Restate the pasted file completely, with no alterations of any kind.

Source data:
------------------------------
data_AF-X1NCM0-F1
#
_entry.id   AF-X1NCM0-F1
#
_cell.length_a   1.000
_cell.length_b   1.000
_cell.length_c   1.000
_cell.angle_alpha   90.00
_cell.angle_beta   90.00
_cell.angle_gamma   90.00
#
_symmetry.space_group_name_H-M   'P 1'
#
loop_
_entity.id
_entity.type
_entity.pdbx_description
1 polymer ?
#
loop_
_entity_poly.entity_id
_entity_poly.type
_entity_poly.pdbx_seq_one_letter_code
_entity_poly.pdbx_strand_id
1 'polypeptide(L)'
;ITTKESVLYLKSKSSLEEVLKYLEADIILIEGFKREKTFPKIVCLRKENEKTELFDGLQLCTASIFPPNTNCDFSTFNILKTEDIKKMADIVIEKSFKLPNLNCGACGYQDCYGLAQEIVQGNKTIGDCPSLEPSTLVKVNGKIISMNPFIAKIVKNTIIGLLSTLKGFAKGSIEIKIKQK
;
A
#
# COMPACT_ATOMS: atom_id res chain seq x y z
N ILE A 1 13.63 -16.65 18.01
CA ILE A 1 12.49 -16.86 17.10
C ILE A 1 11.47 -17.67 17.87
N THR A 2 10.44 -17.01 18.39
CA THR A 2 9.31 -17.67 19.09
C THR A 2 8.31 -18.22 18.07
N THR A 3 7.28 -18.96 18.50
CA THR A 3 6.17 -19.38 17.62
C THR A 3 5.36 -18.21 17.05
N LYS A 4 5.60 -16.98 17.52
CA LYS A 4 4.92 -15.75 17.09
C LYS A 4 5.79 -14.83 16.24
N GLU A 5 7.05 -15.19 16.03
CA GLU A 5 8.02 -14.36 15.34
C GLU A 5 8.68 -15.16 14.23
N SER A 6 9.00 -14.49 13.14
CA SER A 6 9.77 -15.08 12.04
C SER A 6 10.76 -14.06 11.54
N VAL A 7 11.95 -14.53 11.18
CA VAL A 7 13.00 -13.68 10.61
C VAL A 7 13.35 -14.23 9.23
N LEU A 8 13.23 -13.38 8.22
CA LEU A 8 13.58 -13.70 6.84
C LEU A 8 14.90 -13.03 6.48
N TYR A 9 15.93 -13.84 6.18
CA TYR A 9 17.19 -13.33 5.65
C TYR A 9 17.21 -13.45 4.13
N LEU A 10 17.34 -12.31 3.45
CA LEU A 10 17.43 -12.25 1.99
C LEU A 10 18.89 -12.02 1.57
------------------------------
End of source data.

data_AF-X1NCM0-F1
#
_entry.id   AF-X1NCM0-F1
#
_cell.length_a   1.000
_cell.length_b   1.000
_cell.length_c   1.000
_cell.angle_alpha   90.00
_cell.angle_beta   90.00
_cell.angle_gamma   90.00
#
_symmetry.space_group_name_H-M   'P 1'
#
loop_
_entity.id
_entity.type
_entity.pdbx_description
1 polymer ?
#
loop_
_entity_poly.entity_id
_entity_poly.type
_entity_poly.pdbx_seq_one_letter_code
_entity_poly.pdbx_strand_id
1 'polypeptide(L)'
;ITTKESVLYLKSKSSLEEVLKYLEADIILIEGFKREKTFPKIVCLRKENEKTELFDGLQLCTASIFPPNTNCDFSTFNILKTEDIKKMADIVIEKSFKLPNLNCGACGYQDCYGLAQEIVQGNKTIGDCPSLEPSTLVKVNGKIISMNPFIAKIVKNTIIGLLSTLKGFAKGSIEIKIKQK
;
A
#
# COMPACT_ATOMS: atom_id res chain seq x y z
N ILE A 1 13.63 -16.65 18.01
CA ILE A 1 12.49 -16.86 17.10
C ILE A 1 11.47 -17.67 17.87
N THR A 2 10.44 -17.01 18.39
CA THR A 2 9.31 -17.67 19.09
C THR A 2 8.31 -18.22 18.07
N THR A 3 7.28 -18.96 18.50
CA THR A 3 6.17 -19.38 17.62
C THR A 3 5.36 -18.21 17.05
N LYS A 4 5.60 -16.98 17.52
CA LYS A 4 4.92 -15.75 17.09
C LYS A 4 5.79 -14.83 16.24
N GLU A 5 7.05 -15.19 16.03
CA GLU A 5 8.02 -14.36 15.34
C GLU A 5 8.68 -15.16 14.23
N SER A 6 9.00 -14.49 13.14
CA SER A 6 9.77 -15.08 12.04
C SER A 6 10.76 -14.06 11.54
N VAL A 7 11.95 -14.53 11.18
CA VAL A 7 13.00 -13.68 10.61
C VAL A 7 13.35 -14.23 9.23
N LEU A 8 13.23 -13.38 8.22
CA LEU A 8 13.58 -13.70 6.84
C LEU A 8 14.90 -13.03 6.48
N TYR A 9 15.93 -13.84 6.18
CA TYR A 9 17.19 -13.33 5.65
C TYR A 9 17.21 -13.45 4.13
N LEU A 10 17.34 -12.31 3.45
CA LEU A 10 17.43 -12.25 1.99
C LEU A 10 18.89 -12.02 1.57